Estonian Jews Invest With Confidence in Community’s Future

Chabad_Estoniaby Baila Olidort
Tallinn, Estonia

Dmitri Shmorgun, 24, was among local Jewish residents and Tallinn’s leadership who celebrated the opening in late September of a community Beit Midrash and Children’s Center.

A youngster when change came to Estonia with the dismantling of communism, Dmitri was witness to the dramatic transformation in Jewish life here. In 1990, when he was barely 10 years old, he saw the reopening of the Jewish school and other Jewish facilities that had been shut down in 1940.

Greater change was yet to come. In 2000, Rabbi Shmuel Kot and his wife settled here at the behest of the local community. Dmitri, a translator, recalls a process of transformation inspired by the Chabad rabbi who introduced opportunities for engagement with traditional Judaism that would motivate him to become an observant Jew.

The opening of the new Beit Midrash and Children’s Center represents another important milestone in the revival of Jewish life in this Baltic state. Most of Estonia’s Jewish population escaped during the Holocaust, only to suffer religious suppression when communist rule took over. Today there are roughly 2000 Jews in Estonia, the majority of which are in Tallinn. Rabbi Kot works vigorously to draw them in.

“This community has so much going for it, and the more we do to promote real Jewish engagement, the stronger we become in terms of Jewish identity and affiliation.”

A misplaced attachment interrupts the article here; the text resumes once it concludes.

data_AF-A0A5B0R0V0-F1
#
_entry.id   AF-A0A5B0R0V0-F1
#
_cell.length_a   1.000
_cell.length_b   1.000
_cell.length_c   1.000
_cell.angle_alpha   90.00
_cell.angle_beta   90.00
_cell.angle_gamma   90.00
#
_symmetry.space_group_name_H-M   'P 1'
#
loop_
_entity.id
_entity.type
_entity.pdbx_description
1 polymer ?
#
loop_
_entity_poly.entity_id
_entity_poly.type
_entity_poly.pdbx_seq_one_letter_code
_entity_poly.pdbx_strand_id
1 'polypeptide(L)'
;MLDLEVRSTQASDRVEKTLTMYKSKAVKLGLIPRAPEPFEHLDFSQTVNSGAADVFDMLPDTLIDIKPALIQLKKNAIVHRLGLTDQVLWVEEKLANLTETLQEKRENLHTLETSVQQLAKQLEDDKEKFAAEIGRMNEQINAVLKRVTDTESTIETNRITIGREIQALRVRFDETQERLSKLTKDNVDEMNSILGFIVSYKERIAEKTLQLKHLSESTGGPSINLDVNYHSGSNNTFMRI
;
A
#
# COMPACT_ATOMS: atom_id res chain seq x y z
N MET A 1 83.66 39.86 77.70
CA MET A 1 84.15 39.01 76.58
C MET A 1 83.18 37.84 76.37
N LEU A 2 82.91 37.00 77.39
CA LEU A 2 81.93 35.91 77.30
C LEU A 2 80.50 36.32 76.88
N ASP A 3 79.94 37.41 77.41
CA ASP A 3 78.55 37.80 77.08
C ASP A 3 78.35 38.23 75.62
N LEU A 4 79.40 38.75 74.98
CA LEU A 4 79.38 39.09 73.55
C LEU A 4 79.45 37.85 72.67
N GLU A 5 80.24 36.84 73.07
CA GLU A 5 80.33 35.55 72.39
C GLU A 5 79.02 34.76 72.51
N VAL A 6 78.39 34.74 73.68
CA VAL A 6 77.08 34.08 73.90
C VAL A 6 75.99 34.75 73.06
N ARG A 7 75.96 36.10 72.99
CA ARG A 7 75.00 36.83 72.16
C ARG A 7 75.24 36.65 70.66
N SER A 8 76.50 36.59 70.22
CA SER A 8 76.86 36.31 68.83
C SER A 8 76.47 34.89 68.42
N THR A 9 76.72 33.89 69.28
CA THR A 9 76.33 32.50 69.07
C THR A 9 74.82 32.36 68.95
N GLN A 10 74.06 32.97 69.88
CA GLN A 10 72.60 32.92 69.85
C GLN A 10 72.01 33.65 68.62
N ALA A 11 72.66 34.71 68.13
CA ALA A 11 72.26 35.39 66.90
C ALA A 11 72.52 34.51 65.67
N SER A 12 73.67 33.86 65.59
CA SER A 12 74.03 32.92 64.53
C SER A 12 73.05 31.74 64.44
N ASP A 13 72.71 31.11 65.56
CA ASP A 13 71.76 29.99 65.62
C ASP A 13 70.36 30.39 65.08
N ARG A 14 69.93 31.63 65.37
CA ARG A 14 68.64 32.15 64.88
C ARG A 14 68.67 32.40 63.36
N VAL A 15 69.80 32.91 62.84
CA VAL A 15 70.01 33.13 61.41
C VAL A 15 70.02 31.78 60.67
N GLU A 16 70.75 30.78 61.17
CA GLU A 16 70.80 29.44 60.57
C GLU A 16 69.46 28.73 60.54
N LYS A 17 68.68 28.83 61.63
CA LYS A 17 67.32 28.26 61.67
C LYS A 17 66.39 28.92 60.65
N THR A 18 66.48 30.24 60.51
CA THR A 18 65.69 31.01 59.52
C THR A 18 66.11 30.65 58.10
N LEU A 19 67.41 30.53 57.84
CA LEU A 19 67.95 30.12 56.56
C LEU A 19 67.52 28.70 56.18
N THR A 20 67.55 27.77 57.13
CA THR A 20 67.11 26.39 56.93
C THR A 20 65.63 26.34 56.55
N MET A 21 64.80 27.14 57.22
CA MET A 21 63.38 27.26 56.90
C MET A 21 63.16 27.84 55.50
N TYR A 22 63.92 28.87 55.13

When the local community was searching for a spiritual leader back in 2000, they turned to Rabbi Yehuda Krinsky at Chabad-Lubavitch Headquarters.

“They wrote to us that they did not have the funds to pay for a rabbi or for his activities, but were in dire need of someone who would be willing to settle in Tallinn, to lead the community,” recalled the Chairman of the Chabad-Lubavitch educational and social services divisions. “We agreed to sponsor Rabbi Shmuel Kot, who has since been serving the community with great success.”

Rabbi Kot is proud of the cooperative dynamic between Chabad and the JDC. “Our community is unique for the partnership we’ve forged. We work together well, and I hope that Tallinn will serve as a model of constructive partnership for others to follow.”

When the JDC recently sent a representative to Tallinn, he was hosted by Rabbi Kot. “He was enamored by what he saw when he joined us for services in the shul, enjoyed a kosher dinner at the Chabad restaurant, and observed the overall progress of Jewish spiritual life here.”

The new facility, which features a reading library, classrooms already in use by some 50 students in the STARS program and JLI adult education courses, a Jewish Sunday School, afterschool program and a beautiful Children’s Center, “will become a vibrant center of Jewish activity that will draw Jews to interact, to study and to celebrate together,” he says.

Complementing one of the most beautiful synagogues in all of Europe, the facility, in which a kosher restaurant and a social hall will soon open, was completed with the help of a generous donation by the brothers Fjodr and Igor Berman of Tallinn, in memory of their parents, Abraham and Chava.

“The fact that funds for this project came from a local family within our community is evidence of the pride and confidence that Jews have in what we have achieved here together,” Rabbi Kot told Clearly, the people here have reason to invest in their community. They have faith in the future of Jewish Estonia.”


for more on Jewish Estonia today see, Jewish Rebirth in Estonia